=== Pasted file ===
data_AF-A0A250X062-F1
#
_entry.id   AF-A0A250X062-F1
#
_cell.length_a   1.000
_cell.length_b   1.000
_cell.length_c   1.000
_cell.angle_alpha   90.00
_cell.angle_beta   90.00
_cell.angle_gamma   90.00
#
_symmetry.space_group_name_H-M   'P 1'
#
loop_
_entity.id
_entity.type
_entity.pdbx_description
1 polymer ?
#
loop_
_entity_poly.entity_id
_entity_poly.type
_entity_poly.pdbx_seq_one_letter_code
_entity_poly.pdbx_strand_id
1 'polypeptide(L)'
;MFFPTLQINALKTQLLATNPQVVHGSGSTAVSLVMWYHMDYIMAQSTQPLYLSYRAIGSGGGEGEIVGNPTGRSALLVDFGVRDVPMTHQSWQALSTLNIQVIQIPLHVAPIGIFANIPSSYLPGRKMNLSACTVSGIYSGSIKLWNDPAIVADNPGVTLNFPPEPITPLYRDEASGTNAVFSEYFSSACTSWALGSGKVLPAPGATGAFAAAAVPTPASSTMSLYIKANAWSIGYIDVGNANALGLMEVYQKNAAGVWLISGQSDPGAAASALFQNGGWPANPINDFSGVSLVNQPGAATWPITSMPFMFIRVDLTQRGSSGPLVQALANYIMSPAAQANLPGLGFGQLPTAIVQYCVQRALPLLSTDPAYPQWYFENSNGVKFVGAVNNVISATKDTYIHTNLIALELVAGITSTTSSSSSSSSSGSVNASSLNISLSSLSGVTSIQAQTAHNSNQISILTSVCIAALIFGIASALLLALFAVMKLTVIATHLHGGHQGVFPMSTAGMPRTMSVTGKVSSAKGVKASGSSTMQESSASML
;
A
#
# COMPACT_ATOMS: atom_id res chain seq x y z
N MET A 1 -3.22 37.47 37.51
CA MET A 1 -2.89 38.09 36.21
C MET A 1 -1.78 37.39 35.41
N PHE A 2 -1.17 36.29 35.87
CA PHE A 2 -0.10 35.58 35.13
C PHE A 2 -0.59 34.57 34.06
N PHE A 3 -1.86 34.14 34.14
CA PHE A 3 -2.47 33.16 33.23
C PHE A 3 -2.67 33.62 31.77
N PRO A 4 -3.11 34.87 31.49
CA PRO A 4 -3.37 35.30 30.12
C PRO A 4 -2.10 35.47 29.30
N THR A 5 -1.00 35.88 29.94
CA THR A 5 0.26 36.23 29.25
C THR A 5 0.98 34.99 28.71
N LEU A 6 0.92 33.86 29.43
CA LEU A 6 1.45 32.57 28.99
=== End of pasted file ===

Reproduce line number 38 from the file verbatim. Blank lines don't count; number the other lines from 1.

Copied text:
CA PHE A 3 -2.47 33.16 33.23